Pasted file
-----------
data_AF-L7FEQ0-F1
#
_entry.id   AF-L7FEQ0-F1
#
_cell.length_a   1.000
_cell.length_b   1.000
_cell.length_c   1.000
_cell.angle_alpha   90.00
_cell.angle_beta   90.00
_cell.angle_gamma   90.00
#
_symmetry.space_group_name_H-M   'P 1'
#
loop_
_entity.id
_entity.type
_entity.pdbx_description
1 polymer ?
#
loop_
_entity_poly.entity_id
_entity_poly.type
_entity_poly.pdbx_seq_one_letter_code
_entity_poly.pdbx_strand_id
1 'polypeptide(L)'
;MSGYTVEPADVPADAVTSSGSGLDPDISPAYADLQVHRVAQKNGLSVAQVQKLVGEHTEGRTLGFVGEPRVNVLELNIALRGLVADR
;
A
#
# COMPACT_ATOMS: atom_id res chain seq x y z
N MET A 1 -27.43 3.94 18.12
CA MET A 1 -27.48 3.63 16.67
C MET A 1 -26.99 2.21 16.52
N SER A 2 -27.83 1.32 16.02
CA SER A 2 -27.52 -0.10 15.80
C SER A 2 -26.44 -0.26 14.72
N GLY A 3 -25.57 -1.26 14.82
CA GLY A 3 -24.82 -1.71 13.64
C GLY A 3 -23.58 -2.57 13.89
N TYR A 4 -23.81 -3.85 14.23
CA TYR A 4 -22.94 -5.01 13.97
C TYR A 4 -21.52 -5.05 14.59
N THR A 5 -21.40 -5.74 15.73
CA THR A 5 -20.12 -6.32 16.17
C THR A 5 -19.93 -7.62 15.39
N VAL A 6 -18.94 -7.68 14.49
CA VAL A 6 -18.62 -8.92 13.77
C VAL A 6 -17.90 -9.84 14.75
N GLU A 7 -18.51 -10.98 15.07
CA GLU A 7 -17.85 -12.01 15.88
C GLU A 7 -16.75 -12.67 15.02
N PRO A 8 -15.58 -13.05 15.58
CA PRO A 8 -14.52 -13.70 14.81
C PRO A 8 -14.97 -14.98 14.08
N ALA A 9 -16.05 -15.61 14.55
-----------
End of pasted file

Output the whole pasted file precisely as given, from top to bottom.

data_AF-L7FEQ0-F1
#
_entry.id   AF-L7FEQ0-F1
#
_cell.length_a   1.000
_cell.length_b   1.000
_cell.length_c   1.000
_cell.angle_alpha   90.00
_cell.angle_beta   90.00
_cell.angle_gamma   90.00
#
_symmetry.space_group_name_H-M   'P 1'
#
loop_
_entity.id
_entity.type
_entity.pdbx_description
1 polymer ?
#
loop_
_entity_poly.entity_id
_entity_poly.type
_entity_poly.pdbx_seq_one_letter_code
_entity_poly.pdbx_strand_id
1 'polypeptide(L)'
;MSGYTVEPADVPADAVTSSGSGLDPDISPAYADLQVHRVAQKNGLSVAQVQKLVGEHTEGRTLGFVGEPRVNVLELNIALRGLVADR
;
A
#
# COMPACT_ATOMS: atom_id res chain seq x y z
N MET A 1 -27.43 3.94 18.12
CA MET A 1 -27.48 3.63 16.67
C MET A 1 -26.99 2.21 16.52
N SER A 2 -27.83 1.32 16.02
CA SER A 2 -27.52 -0.10 15.80
C SER A 2 -26.44 -0.26 14.72
N GLY A 3 -25.57 -1.26 14.82
CA GLY A 3 -24.82 -1.71 13.64
C GLY A 3 -23.58 -2.57 13.89
N TYR A 4 -23.81 -3.85 14.23
CA TYR A 4 -22.94 -5.01 13.97
C TYR A 4 -21.52 -5.05 14.59
N THR A 5 -21.40 -5.74 15.73
CA THR A 5 -20.12 -6.32 16.17
C THR A 5 -19.93 -7.62 15.39
N VAL A 6 -18.94 -7.68 14.49
CA VAL A 6 -18.62 -8.92 13.77
C VAL A 6 -17.90 -9.84 14.75
N GLU A 7 -18.51 -10.98 15.07
CA GLU A 7 -17.85 -12.01 15.88
C GLU A 7 -16.75 -12.67 15.02
N PRO A 8 -15.58 -13.05 15.58
CA PRO A 8 -14.52 -13.70 14.81
C PRO A 8 -14.97 -14.98 14.08
N ALA A 9 -16.05 -15.61 14.55